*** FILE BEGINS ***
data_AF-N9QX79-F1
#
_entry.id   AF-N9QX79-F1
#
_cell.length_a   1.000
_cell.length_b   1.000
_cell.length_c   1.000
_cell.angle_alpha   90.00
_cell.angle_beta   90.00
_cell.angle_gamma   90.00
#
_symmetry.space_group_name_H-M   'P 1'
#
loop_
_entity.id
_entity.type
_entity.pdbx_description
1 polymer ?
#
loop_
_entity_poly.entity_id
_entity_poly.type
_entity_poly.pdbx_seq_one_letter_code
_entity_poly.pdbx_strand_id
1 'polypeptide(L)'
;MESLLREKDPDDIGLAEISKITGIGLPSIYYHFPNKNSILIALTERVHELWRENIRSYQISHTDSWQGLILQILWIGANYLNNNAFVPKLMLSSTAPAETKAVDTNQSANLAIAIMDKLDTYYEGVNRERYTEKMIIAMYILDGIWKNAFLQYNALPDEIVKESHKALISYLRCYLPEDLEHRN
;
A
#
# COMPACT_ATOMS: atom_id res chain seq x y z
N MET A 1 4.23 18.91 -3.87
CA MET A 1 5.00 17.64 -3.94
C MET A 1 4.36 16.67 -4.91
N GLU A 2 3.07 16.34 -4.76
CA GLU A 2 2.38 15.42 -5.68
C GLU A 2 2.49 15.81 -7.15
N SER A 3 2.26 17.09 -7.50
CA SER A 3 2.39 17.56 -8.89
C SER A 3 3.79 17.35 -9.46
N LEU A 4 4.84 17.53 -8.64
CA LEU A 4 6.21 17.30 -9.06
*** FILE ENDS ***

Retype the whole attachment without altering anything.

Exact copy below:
data_AF-N9QX79-F1
#
_entry.id   AF-N9QX79-F1
#
_cell.length_a   1.000
_cell.length_b   1.000
_cell.length_c   1.000
_cell.angle_alpha   90.00
_cell.angle_beta   90.00
_cell.angle_gamma   90.00
#
_symmetry.space_group_name_H-M   'P 1'
#
loop_
_entity.id
_entity.type
_entity.pdbx_description
1 polymer ?
#
loop_
_entity_poly.entity_id
_entity_poly.type
_entity_poly.pdbx_seq_one_letter_code
_entity_poly.pdbx_strand_id
1 'polypeptide(L)'
;MESLLREKDPDDIGLAEISKITGIGLPSIYYHFPNKNSILIALTERVHELWRENIRSYQISHTDSWQGLILQILWIGANYLNNNAFVPKLMLSSTAPAETKAVDTNQSANLAIAIMDKLDTYYEGVNRERYTEKMIIAMYILDGIWKNAFLQYNALPDEIVKESHKALISYLRCYLPEDLEHRN
;
A
#
# COMPACT_ATOMS: atom_id res chain seq x y z
N MET A 1 4.23 18.91 -3.87
CA MET A 1 5.00 17.64 -3.94
C MET A 1 4.36 16.67 -4.91
N GLU A 2 3.07 16.34 -4.76
CA GLU A 2 2.38 15.42 -5.68
C GLU A 2 2.49 15.81 -7.15
N SER A 3 2.26 17.09 -7.50
CA SER A 3 2.39 17.56 -8.89
C SER A 3 3.79 17.35 -9.46
N LEU A 4 4.84 17.53 -8.64
CA LEU A 4 6.21 17.30 -9.06